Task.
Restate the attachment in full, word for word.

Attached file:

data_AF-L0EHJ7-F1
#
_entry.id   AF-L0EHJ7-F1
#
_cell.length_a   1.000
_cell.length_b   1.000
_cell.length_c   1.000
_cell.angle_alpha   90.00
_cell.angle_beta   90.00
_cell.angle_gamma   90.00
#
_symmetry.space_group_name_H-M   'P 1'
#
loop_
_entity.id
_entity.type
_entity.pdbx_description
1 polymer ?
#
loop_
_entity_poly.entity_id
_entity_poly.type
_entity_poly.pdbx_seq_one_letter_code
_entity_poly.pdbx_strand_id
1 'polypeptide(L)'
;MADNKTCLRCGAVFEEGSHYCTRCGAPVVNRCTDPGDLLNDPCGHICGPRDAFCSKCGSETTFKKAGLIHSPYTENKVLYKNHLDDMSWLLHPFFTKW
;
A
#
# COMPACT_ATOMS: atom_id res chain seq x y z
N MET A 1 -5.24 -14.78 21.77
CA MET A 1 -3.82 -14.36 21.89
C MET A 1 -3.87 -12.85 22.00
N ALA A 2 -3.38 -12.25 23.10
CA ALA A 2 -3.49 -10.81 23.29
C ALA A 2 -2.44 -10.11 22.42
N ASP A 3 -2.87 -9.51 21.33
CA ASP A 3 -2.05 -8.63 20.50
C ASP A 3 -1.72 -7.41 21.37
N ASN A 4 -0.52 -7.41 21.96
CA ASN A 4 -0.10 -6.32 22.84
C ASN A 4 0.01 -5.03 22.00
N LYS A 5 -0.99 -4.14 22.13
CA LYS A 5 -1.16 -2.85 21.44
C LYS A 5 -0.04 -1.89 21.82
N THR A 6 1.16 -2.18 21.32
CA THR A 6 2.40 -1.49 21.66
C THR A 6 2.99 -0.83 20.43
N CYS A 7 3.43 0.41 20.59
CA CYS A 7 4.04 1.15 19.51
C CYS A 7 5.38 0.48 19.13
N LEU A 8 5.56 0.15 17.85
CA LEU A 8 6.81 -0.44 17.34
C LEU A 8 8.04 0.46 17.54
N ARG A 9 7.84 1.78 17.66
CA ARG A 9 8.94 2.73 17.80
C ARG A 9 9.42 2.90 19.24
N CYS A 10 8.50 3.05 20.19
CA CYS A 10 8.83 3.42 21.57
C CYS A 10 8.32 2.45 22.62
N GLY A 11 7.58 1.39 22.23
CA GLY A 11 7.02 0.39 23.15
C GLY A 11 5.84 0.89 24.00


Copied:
data_AF-L0EHJ7-F1
#
_entry.id   AF-L0EHJ7-F1
#
_cell.length_a   1.000
_cell.length_b   1.000
_cell.length_c   1.000
_cell.angle_alpha   90.00
_cell.angle_beta   90.00
_cell.angle_gamma   90.00
#
_symmetry.space_group_name_H-M   'P 1'
#
loop_
_entity.id
_entity.type
_entity.pdbx_description
1 polymer ?
#
loop_
_entity_poly.entity_id
_entity_poly.type
_entity_poly.pdbx_seq_one_letter_code
_entity_poly.pdbx_strand_id
1 'polypeptide(L)'
;MADNKTCLRCGAVFEEGSHYCTRCGAPVVNRCTDPGDLLNDPCGHICGPRDAFCSKCGSETTFKKAGLIHSPYTENKVLYKNHLDDMSWLLHPFFTKW
;
A
#
# COMPACT_ATOMS: atom_id res chain seq x y z
N MET A 1 -5.24 -14.78 21.77
CA MET A 1 -3.82 -14.36 21.89
C MET A 1 -3.87 -12.85 22.00
N ALA A 2 -3.38 -12.25 23.10
CA ALA A 2 -3.49 -10.81 23.29
C ALA A 2 -2.44 -10.11 22.42
N ASP A 3 -2.87 -9.51 21.33
CA ASP A 3 -2.05 -8.63 20.50
C ASP A 3 -1.72 -7.41 21.37
N ASN A 4 -0.52 -7.41 21.96
CA ASN A 4 -0.10 -6.32 22.84
C ASN A 4 0.01 -5.03 22.00
N LYS A 5 -0.99 -4.14 22.13
CA LYS A 5 -1.16 -2.85 21.44
C LYS A 5 -0.04 -1.89 21.82
N THR A 6 1.16 -2.18 21.32
CA THR A 6 2.40 -1.49 21.66
C THR A 6 2.99 -0.83 20.43
N CYS A 7 3.43 0.41 20.59
CA CYS A 7 4.04 1.15 19.51
C CYS A 7 5.38 0.48 19.13
N LEU A 8 5.56 0.15 17.85
CA LEU A 8 6.81 -0.44 17.34
C LEU A 8 8.04 0.46 17.54
N ARG A 9 7.84 1.78 17.66
CA ARG A 9 8.94 2.73 17.80
C ARG A 9 9.42 2.90 19.24
N CYS A 10 8.50 3.05 20.19
CA CYS A 10 8.83 3.42 21.57
C CYS A 10 8.32 2.45 22.62
N GLY A 11 7.58 1.39 22.23
CA GLY A 11 7.02 0.39 23.15
C GLY A 11 5.84 0.89 24.00